On a side note, how can it be that a nearly 600 page hardback biography has not a single photograph?! The University of Cambridge Press should be ashamed of that, as well as of the many "misprints" crowding the pages of this book. For many reasons I count myself fortunate that I only borrowed the book from a university library instead of paying the $50.00 (!) the publisher asks for it.
I also ask, in general, how is it that in an age when the authors provide the publishers with a proofread file in a format prescribed by the publisher that is designed to be ready to be fed directly into the publisher's electronic and fully automatized printing presses, that these publishers are raising their prices through the roofs while simultaneously reducing the extra value that they themselves are supposed to be providing? Is that "Taps" I hear playing?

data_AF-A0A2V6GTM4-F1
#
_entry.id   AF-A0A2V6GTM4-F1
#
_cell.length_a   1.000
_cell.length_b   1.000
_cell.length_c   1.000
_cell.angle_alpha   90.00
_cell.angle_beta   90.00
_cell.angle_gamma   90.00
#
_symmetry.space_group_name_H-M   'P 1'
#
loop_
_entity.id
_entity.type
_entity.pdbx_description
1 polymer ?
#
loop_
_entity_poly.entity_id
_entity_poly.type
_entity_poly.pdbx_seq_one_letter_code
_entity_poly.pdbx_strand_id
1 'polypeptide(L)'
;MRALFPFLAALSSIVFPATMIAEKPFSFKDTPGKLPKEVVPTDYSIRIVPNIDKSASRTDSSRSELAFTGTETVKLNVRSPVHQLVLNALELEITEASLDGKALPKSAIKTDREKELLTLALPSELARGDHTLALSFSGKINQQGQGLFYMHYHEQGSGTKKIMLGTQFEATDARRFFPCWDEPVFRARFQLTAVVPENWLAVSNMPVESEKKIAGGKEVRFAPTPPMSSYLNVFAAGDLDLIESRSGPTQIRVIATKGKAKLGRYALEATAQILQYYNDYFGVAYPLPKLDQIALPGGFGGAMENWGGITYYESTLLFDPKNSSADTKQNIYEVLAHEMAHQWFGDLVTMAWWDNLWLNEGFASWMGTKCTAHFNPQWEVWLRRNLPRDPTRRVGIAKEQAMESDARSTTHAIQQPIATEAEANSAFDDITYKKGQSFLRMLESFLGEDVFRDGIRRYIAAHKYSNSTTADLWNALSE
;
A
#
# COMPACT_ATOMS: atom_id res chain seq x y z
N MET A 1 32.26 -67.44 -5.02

(*) Aside from his arrogance regarding all other philosophers except Kant and Plato (which one could claim would be necessary in order to bring himself to the required efforts), he was a Besserwisser in every conceivable regard. Here an example: Goethe had worked for 20 years on his idiosyncratic Farbenlehre (theory of colors), which he actually thought was more important than his literary accomplishments. He introduced Schopenhauer (who was only 26 at the time) to his theory, and the young philosopher immediately produced his own theory of colors, writing to Goethe (who was at the pinnacle of the German intelligentsia) that he, Schopenhauer, had, on the basis of Goethe's phenomenological endeavors, for the first time succeeded in arriving at a theory of color.(!) Goethe indicated that he was not particularly pleased and ended what he had considered to be a collaboration...